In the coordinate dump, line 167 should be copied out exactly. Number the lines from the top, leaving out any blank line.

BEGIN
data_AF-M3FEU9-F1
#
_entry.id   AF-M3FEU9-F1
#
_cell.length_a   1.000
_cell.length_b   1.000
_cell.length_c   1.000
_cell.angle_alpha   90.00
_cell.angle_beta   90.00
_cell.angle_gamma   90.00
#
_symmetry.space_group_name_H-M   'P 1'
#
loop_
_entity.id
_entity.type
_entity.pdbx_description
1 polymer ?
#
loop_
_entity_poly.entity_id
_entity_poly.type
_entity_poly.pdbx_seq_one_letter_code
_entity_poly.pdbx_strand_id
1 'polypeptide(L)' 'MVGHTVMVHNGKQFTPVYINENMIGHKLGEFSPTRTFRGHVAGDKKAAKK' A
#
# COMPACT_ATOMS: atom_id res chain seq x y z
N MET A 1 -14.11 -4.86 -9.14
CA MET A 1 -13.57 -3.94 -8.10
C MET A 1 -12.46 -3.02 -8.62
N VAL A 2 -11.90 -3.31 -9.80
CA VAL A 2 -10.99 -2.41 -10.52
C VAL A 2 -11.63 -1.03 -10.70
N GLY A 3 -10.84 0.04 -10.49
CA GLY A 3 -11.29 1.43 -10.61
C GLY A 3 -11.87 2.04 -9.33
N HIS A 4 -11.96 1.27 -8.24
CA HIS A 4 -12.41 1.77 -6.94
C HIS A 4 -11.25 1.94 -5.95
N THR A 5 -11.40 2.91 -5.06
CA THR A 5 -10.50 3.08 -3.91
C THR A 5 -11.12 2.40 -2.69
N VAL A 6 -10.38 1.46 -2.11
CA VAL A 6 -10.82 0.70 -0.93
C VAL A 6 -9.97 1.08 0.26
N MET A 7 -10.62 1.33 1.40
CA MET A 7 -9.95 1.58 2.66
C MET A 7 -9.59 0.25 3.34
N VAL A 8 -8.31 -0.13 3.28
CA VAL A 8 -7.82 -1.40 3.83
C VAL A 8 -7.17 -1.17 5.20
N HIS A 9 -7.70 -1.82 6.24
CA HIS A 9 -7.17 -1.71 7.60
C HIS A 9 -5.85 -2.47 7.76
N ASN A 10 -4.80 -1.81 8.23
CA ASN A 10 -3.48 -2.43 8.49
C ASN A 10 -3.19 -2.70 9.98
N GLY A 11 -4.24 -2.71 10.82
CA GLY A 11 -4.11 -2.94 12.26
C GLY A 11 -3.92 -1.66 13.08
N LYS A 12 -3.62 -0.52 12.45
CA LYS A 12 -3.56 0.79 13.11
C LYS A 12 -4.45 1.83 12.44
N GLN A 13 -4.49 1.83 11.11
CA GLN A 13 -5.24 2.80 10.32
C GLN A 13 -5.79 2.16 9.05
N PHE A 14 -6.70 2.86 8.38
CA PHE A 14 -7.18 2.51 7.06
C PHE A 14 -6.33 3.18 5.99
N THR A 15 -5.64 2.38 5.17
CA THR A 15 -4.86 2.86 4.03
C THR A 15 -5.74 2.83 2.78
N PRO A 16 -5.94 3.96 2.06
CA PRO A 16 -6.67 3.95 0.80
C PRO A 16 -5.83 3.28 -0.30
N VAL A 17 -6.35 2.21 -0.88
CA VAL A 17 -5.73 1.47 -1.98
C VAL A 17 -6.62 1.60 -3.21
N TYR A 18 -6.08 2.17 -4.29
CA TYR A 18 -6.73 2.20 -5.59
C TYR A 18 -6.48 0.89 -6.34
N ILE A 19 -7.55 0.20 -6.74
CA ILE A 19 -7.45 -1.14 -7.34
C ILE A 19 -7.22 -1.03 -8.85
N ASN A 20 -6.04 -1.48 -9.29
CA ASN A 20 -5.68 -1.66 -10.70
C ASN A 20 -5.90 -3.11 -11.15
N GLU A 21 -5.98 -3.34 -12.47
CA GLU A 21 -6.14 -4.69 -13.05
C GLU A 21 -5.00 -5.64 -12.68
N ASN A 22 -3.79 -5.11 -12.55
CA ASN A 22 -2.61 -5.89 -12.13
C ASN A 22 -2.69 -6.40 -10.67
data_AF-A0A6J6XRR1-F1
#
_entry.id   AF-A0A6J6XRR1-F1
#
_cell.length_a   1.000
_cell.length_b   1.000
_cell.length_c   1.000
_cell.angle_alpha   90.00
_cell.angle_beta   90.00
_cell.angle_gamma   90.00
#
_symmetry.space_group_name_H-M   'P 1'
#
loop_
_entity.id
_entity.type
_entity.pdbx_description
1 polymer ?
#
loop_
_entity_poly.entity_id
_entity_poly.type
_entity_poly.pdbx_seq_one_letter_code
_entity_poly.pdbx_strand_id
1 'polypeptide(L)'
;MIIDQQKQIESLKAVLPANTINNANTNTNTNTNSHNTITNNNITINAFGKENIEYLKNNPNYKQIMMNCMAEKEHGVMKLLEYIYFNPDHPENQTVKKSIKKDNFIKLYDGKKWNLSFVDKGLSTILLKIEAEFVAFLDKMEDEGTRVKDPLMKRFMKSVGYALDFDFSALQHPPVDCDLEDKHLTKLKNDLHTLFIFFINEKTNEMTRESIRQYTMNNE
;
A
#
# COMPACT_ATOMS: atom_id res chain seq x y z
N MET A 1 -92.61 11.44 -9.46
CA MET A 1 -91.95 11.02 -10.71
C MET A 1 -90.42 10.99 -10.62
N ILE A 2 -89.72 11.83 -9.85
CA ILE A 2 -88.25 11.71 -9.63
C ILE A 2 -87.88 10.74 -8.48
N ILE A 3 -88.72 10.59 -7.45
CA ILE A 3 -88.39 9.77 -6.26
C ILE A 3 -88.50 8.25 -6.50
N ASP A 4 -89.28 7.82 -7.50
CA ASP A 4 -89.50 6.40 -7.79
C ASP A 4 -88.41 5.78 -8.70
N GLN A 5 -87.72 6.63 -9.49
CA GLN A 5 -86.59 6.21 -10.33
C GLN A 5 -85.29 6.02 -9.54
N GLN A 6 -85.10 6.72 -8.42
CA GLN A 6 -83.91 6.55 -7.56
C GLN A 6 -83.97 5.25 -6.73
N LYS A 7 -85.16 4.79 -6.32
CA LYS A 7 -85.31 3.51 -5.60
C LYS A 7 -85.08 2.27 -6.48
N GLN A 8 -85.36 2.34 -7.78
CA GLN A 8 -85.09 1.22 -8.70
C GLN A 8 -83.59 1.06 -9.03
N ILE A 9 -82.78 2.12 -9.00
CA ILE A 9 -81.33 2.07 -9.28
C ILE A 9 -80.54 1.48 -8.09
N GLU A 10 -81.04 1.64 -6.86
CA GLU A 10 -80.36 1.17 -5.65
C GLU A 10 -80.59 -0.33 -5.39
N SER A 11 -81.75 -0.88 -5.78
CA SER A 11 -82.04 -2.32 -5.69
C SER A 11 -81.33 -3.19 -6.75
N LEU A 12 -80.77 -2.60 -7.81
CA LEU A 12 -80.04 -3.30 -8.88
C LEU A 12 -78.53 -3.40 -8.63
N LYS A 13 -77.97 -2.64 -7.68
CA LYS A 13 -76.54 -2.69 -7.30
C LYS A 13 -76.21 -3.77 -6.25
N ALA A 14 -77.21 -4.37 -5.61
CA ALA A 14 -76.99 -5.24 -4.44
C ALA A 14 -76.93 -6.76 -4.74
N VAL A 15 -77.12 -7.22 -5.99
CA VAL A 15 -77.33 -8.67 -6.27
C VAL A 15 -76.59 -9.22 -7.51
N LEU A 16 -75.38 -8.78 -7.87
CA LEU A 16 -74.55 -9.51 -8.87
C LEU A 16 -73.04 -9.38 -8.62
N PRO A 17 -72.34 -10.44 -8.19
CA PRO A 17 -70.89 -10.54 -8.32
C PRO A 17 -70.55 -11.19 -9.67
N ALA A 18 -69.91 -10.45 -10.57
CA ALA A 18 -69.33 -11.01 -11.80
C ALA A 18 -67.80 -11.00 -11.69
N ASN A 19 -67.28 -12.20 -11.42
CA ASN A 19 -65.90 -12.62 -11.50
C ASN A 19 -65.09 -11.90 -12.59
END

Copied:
CA VAL A 15 -77.33 -8.67 -6.27